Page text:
South Korean women are saying “I Don’t” more so than “I Do.”

In a trend that is upending everything from the wedding business and the birth rate to the general economy, women increasingly are rejecting marriage and motherhood, according to Bloomberg.

A government statistics agency that conducted a survey found that in 2018 a slight majority of women felt that marriage was not necessary, while in 2010 a majority felt that it was.

A new network has formed in a nod to the no-marriage sisterhood – EMIF, which stands for “Elite Without Marriage, I am Going Forward.”

And one of the country’s most popular YouTube stars is Baeck Ha-na, an accountant by day whose channel champions being unmarried, and is called “Solo-darity.”

“Society made me feel like a failure for being in my 30’s and not yet a wife or a mother,” Baeck said. “Instead of belonging to someone, I now have a more ambitious future for myself.”

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South Korea has the lowest birth rate in the world, and with fewer younger generations to enter the workforce, there is an ever-growing deficit in funds for pensions. This year, in fact, the number of deaths is expected to births, Bloomberg reported.

The Seoul Education Office has plans to close three elementary and middle schools, and other schools are responding to a drop in enrollment by merging.

Other areas of the country are also feeling the impact of the anti-marriage movement, seeing school enrollment drop between 26 percent and 43 percent, Bloomberg reported.

The wedding business, of course, is feeling the trend. One out of five wedding halls in Seoul has closed.

South Korean officials are watching the trend with alarm and responding with marriage-incentive policies and programs. Some of the moves involve arranging events where single men and women can meet. There are also childcare subsidies and longer paternity leaves.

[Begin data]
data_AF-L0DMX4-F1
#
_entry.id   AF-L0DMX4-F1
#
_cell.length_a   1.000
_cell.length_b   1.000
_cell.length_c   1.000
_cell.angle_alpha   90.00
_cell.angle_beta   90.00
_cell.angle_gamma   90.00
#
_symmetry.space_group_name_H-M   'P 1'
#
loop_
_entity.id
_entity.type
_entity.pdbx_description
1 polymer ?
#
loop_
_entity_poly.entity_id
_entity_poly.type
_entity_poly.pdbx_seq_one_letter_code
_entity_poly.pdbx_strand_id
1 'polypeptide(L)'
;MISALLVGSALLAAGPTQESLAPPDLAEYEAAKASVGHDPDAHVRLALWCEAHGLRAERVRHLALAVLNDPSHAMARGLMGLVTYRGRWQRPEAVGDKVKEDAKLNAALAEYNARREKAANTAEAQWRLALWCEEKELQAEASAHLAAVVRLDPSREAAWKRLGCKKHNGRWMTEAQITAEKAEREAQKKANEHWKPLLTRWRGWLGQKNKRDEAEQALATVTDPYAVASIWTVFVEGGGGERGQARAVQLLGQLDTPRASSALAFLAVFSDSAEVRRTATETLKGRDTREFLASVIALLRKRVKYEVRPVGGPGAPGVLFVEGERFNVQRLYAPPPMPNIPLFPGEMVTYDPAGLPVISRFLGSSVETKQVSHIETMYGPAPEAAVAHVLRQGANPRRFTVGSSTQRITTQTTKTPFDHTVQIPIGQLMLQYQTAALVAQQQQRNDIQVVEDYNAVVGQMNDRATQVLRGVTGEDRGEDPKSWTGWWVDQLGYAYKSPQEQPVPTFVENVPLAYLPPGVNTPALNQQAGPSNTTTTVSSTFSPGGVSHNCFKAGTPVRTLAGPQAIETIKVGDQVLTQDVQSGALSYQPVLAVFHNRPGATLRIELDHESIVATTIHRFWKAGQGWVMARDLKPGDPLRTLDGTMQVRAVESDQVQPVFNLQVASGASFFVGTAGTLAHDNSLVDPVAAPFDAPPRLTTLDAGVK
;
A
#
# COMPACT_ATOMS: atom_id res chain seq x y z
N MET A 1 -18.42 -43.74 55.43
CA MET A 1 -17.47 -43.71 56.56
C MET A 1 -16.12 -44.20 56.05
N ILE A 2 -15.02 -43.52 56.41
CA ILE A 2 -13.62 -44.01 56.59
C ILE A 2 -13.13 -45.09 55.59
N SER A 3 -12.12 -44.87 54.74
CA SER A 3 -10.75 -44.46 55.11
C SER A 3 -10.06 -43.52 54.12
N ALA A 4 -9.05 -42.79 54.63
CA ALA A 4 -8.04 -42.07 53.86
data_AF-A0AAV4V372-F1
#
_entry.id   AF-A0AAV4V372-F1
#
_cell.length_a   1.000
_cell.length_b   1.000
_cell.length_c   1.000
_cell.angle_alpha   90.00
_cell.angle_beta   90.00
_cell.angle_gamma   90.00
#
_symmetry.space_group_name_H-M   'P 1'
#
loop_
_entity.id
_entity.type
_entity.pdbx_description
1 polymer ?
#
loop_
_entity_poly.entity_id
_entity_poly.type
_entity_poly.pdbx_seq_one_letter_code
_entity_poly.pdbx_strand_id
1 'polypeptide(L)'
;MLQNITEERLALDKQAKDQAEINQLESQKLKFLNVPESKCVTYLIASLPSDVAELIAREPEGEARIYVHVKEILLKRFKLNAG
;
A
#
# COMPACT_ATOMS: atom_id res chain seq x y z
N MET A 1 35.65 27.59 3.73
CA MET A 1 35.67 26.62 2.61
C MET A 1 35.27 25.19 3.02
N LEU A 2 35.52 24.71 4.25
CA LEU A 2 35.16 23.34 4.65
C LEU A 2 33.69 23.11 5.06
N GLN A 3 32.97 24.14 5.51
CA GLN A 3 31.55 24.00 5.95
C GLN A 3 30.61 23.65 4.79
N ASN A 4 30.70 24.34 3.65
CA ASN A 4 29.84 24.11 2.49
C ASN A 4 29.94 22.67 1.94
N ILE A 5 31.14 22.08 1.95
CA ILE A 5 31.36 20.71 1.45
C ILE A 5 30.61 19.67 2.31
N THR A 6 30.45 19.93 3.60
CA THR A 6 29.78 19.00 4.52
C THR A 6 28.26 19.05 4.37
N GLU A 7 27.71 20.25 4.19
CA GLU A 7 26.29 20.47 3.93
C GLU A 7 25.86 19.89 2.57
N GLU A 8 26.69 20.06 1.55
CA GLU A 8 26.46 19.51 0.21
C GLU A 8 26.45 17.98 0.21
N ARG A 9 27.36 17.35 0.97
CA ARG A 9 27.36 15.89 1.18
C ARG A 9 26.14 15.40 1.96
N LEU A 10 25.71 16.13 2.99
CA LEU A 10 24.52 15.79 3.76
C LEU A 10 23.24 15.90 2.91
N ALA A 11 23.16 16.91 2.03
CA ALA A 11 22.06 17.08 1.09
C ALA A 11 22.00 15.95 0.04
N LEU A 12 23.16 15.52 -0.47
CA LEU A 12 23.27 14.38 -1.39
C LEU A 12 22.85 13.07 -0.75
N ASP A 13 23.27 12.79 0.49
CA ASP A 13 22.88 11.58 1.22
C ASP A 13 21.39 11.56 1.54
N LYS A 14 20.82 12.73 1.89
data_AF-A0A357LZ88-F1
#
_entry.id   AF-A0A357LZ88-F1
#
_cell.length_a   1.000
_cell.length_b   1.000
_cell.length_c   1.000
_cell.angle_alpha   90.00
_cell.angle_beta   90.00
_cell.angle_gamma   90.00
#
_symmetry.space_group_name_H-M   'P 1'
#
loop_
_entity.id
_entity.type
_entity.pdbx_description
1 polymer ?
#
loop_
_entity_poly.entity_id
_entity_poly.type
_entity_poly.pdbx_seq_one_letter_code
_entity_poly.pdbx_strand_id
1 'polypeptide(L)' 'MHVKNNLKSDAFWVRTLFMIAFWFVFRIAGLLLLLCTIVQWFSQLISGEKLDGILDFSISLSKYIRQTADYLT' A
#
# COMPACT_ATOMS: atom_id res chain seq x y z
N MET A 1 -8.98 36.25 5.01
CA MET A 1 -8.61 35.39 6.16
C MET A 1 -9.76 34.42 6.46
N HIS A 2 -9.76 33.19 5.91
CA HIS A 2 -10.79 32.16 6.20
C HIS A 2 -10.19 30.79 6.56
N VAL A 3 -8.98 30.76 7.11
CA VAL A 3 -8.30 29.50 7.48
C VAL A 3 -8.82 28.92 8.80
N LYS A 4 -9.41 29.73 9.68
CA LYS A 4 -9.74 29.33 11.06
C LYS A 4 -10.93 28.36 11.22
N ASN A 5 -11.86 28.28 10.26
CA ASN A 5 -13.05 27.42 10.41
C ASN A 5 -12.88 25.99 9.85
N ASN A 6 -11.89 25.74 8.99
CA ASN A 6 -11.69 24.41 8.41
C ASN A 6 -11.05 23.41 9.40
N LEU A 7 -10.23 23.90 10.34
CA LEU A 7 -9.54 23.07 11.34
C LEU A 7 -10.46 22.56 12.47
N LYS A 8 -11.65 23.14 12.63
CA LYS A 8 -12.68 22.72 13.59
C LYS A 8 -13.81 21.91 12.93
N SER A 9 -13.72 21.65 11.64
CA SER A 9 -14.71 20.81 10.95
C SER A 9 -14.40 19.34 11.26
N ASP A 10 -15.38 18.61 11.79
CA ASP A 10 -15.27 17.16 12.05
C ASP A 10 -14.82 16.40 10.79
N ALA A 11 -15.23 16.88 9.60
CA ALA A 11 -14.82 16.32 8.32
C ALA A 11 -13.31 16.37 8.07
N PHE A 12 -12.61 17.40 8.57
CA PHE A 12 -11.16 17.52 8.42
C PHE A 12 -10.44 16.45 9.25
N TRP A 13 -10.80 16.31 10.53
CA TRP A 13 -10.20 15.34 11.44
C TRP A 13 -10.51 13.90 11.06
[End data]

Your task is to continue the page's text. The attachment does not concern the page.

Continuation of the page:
Nearly two years ago, President Moon Jae-in formed the Presidential Committee on Aging Society and Population Policy to look at what the country could do about the declining birth rate.

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“We are now at the last golden time to fix a serious population problem,” Moon said at the time, according to Bloomberg. “We must now focus on how marrying, giving birth doesn’t limit the lives of women.”

The concept of making marriage enticing irks many of the women who are part of the no-marriage movement.

“The government’s biggest problem is that they aren’t listening to the women — the actual subjects that have to bear the children and have to raise the children,” said EMIF’s founder, Kang Han-byul. “They try to sell this idea that a family is beautiful, having children is beautiful, when there’s many unspoken things that actually happen to the woman physically, mentally — which is why these policies will never win us over.”

Added Jung Se-young, who co-hosts Baeck’s YouTube channel: “This traditional role enforced on us from a boys-only soccer field at school, to a boys club in a company office already makes us second-class citizens, and I don’t want to be used as a tool simply for baby-making.”

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In an interview with the South China Morning Post, Shin Gi-wook, a sociology professor at Stanford University and expert on Korean politics, agreed that South Korea must make fundamental changes in how it views gender roles before it can change the backlash against marriage and motherhood.

“Social support systems are not in place [and] social institutions are still male-driven and male-centric,” he said. “The multiple roles working women are expected to continue to play in the family and in society – as mums, wives, daughters-in-law… make it difficult for them to prioritize marriage and motherhood over their careers.”

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